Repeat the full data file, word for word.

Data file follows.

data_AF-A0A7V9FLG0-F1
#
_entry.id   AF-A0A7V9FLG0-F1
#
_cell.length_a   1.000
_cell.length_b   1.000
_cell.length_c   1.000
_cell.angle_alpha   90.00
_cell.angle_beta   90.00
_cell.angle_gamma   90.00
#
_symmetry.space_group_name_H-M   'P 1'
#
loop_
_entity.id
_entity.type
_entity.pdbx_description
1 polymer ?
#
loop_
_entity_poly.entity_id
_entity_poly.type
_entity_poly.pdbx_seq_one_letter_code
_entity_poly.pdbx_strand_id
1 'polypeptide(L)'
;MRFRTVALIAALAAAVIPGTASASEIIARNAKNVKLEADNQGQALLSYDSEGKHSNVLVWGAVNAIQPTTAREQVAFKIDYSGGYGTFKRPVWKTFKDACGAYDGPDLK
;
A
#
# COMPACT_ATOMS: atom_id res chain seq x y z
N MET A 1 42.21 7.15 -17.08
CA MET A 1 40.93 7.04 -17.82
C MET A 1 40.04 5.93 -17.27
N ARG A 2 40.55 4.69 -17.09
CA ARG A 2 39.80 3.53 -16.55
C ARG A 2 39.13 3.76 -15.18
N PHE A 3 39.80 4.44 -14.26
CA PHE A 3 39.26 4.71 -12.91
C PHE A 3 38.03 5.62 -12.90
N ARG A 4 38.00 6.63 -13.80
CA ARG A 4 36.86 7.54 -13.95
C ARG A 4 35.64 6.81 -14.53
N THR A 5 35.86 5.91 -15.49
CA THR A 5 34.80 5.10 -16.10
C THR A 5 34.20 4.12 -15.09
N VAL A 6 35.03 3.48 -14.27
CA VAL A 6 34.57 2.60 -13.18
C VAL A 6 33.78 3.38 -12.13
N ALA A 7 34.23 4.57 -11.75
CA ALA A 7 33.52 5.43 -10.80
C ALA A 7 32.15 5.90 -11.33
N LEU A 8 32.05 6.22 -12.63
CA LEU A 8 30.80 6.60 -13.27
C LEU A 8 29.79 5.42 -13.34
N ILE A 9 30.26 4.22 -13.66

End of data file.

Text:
data_AF-A0A7V9FLG0-F1
#
_entry.id   AF-A0A7V9FLG0-F1
#
_cell.length_a   1.000
_cell.length_b   1.000
_cell.length_c   1.000
_cell.angle_alpha   90.00
_cell.angle_beta   90.00
_cell.angle_gamma   90.00
#
_symmetry.space_group_name_H-M   'P 1'
#
loop_
_entity.id
_entity.type
_entity.pdbx_description
1 polymer ?
#
loop_
_entity_poly.entity_id
_entity_poly.type
_entity_poly.pdbx_seq_one_letter_code
_entity_poly.pdbx_strand_id
1 'polypeptide(L)'
;MRFRTVALIAALAAAVIPGTASASEIIARNAKNVKLEADNQGQALLSYDSEGKHSNVLVWGAVNAIQPTTAREQVAFKIDYSGGYGTFKRPVWKTFKDACGAYDGPDLK
;
A
#
# COMPACT_ATOMS: atom_id res chain seq x y z
N MET A 1 42.21 7.15 -17.08
CA MET A 1 40.93 7.04 -17.82
C MET A 1 40.04 5.93 -17.27
N ARG A 2 40.55 4.69 -17.09
CA ARG A 2 39.80 3.53 -16.55
C ARG A 2 39.13 3.76 -15.18
N PHE A 3 39.80 4.44 -14.26
CA PHE A 3 39.26 4.71 -12.91
C PHE A 3 38.03 5.62 -12.90
N ARG A 4 38.00 6.63 -13.80
CA ARG A 4 36.86 7.54 -13.95
C ARG A 4 35.64 6.81 -14.53
N THR A 5 35.86 5.91 -15.49
CA THR A 5 34.80 5.10 -16.10
C THR A 5 34.20 4.12 -15.09
N VAL A 6 35.03 3.48 -14.27
CA VAL A 6 34.57 2.60 -13.18
C VAL A 6 33.78 3.38 -12.13
N ALA A 7 34.23 4.57 -11.75
CA ALA A 7 33.52 5.43 -10.80
C ALA A 7 32.15 5.90 -11.33
N LEU A 8 32.05 6.22 -12.63
CA LEU A 8 30.80 6.60 -13.27
C LEU A 8 29.79 5.42 -13.34
N ILE A 9 30.26 4.22 -13.66